By the time I left the market at 10:30, Earl's stock of morels had been depleted by at least 50 percent. I would suspect that they would be totally gone by noontime or shortly thereafter. It's possible Sam will still be picking them next week, but don't count on it. The morel season lasts a nanosecond. They'll be my lunch today, sautéed with shallot, then turned into a cream sauce over toast points. Sautéed morels also work exceedingly well with soft scrambled eggs, or just about any other egg dish. One dish I particularly enjoyed a few years ago was a sauté of morels and asparagus tips surrounded by a ring of savory custard (at L'Étoile in Madison, Wisconsin).
Another sign of spring could be found at Iovine's: ramps. These wonderful examples of a wild allium were fresh, with nearly pristine leaves, were selling for $3.99/bunch. Ramps should be available through much of May. I'll be cooking these pungent wild leeks (both bulbs and greens) with potatoes sautéed in bacon fat to go along with reheated brisket for dinner this evening.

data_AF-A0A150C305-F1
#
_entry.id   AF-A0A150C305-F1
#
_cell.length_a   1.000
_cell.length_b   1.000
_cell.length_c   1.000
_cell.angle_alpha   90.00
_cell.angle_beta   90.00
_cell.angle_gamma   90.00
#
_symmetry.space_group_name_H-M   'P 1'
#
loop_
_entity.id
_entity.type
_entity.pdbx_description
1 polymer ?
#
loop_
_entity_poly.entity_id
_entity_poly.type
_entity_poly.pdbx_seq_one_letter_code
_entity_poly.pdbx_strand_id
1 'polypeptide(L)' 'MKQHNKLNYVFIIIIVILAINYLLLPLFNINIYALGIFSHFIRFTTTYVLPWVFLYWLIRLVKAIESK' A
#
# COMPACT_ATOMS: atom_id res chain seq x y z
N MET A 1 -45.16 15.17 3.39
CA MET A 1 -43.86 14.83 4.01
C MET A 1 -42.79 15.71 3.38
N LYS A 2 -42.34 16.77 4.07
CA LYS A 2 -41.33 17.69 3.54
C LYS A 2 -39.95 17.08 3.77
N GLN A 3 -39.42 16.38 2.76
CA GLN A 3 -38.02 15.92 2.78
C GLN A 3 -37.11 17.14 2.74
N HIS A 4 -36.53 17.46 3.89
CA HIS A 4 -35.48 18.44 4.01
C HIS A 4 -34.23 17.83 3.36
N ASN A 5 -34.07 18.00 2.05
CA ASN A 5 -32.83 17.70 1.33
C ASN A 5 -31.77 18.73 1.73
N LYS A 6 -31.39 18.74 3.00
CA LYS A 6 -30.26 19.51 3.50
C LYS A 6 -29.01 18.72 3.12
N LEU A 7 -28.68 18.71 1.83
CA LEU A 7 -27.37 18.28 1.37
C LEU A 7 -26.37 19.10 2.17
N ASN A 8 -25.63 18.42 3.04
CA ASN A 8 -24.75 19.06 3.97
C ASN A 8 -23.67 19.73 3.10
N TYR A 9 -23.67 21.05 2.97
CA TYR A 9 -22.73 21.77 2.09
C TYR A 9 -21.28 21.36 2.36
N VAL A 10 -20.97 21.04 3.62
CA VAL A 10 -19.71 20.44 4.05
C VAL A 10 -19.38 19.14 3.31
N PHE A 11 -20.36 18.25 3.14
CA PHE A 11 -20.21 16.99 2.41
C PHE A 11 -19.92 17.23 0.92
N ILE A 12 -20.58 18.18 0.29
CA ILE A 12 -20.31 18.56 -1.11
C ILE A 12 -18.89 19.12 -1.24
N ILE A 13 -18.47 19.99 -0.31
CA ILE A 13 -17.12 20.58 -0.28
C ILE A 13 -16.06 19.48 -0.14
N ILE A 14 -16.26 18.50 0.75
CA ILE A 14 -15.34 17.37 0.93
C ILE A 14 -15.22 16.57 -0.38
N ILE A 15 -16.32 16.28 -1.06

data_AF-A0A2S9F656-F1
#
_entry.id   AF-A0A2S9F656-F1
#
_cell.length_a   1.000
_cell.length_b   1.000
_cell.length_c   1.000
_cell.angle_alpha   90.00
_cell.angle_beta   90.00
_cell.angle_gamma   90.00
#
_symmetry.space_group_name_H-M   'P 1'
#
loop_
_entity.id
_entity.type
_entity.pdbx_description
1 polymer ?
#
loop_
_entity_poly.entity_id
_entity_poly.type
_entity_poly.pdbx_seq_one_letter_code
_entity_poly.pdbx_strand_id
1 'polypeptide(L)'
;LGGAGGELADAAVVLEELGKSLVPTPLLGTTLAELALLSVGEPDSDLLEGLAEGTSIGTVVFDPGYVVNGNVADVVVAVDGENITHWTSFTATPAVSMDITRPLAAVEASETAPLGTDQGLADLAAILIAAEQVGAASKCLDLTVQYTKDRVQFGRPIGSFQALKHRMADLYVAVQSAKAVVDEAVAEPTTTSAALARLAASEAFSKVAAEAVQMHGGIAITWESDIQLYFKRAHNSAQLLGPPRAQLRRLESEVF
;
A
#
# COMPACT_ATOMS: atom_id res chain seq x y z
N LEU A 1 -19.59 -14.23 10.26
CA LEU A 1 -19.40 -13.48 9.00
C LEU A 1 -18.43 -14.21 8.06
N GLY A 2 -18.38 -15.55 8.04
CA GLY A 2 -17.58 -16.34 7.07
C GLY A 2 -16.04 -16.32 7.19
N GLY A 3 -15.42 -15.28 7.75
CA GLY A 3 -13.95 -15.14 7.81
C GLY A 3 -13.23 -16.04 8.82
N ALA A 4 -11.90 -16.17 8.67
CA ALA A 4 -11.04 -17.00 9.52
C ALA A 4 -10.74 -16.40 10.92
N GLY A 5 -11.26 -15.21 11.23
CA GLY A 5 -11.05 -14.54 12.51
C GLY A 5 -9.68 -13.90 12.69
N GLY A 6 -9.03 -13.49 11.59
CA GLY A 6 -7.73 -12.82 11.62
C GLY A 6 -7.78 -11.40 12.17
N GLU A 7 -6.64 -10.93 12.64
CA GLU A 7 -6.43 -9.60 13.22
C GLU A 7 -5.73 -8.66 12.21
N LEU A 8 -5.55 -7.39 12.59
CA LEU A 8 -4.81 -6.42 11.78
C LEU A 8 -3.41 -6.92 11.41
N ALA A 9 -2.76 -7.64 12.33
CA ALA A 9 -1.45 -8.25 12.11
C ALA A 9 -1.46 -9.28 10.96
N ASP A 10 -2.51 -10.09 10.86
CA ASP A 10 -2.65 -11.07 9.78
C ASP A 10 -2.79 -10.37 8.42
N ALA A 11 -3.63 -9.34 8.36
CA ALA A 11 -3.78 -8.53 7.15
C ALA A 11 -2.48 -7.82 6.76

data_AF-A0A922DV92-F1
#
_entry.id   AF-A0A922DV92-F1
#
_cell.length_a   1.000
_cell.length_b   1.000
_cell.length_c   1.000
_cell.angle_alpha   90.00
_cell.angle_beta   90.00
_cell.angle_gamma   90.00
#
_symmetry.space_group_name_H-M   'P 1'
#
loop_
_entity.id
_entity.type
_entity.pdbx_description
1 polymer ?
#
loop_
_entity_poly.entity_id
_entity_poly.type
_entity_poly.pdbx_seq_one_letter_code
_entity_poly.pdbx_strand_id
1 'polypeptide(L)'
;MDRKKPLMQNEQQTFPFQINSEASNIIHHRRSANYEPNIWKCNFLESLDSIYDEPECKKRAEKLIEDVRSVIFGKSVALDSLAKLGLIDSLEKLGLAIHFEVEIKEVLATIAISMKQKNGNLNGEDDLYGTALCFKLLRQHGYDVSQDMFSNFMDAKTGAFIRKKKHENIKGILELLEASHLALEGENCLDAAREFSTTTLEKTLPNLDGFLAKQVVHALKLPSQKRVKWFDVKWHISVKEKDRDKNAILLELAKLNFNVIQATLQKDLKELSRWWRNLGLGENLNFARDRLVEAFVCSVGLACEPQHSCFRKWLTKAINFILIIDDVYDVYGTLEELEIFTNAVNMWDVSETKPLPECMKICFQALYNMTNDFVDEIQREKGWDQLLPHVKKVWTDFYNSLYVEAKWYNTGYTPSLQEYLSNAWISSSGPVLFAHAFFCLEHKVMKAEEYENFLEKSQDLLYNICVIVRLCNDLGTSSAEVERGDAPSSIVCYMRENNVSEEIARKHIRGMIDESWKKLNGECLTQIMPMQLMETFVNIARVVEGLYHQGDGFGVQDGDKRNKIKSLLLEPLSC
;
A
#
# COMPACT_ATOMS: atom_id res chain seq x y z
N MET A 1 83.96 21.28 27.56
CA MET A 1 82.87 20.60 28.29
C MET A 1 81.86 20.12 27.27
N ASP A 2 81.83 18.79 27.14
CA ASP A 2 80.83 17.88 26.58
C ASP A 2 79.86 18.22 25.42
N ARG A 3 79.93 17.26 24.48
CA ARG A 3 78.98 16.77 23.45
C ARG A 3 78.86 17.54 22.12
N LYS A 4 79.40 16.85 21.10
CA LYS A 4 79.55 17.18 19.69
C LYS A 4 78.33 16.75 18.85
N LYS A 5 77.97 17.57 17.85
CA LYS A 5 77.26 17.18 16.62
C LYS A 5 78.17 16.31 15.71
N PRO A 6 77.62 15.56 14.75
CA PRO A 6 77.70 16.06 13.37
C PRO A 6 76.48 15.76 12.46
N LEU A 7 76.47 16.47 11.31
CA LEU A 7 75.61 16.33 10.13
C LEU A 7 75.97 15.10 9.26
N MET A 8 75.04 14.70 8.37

Jim Iovine reports he'll be directly sourcing some of his leafy vegetables this season from a South Jersey grower. This includes scallions, spinach, all varieties of cooking greens, lettuces, as well as radishes and other veggies. He and brother Vin will also continue their contract with Shadybrook, which serves as the vendor's main supplier of local corn in season. Jim said he hopes for another great crop of raspberries this year again from Shadybrook as well.
Fair Food Farmstand briefly featured another veggie foraged in springtime: fiddlehead ferns. They received a 10-pound case earlier this week from a local gatherer, but it sold out the same day. They expect to have them again next week, so, buy early. I know I will. (Try them in Chinese stir-fry dishes where you'd normally add string beans or asparagus for veggie crunch.)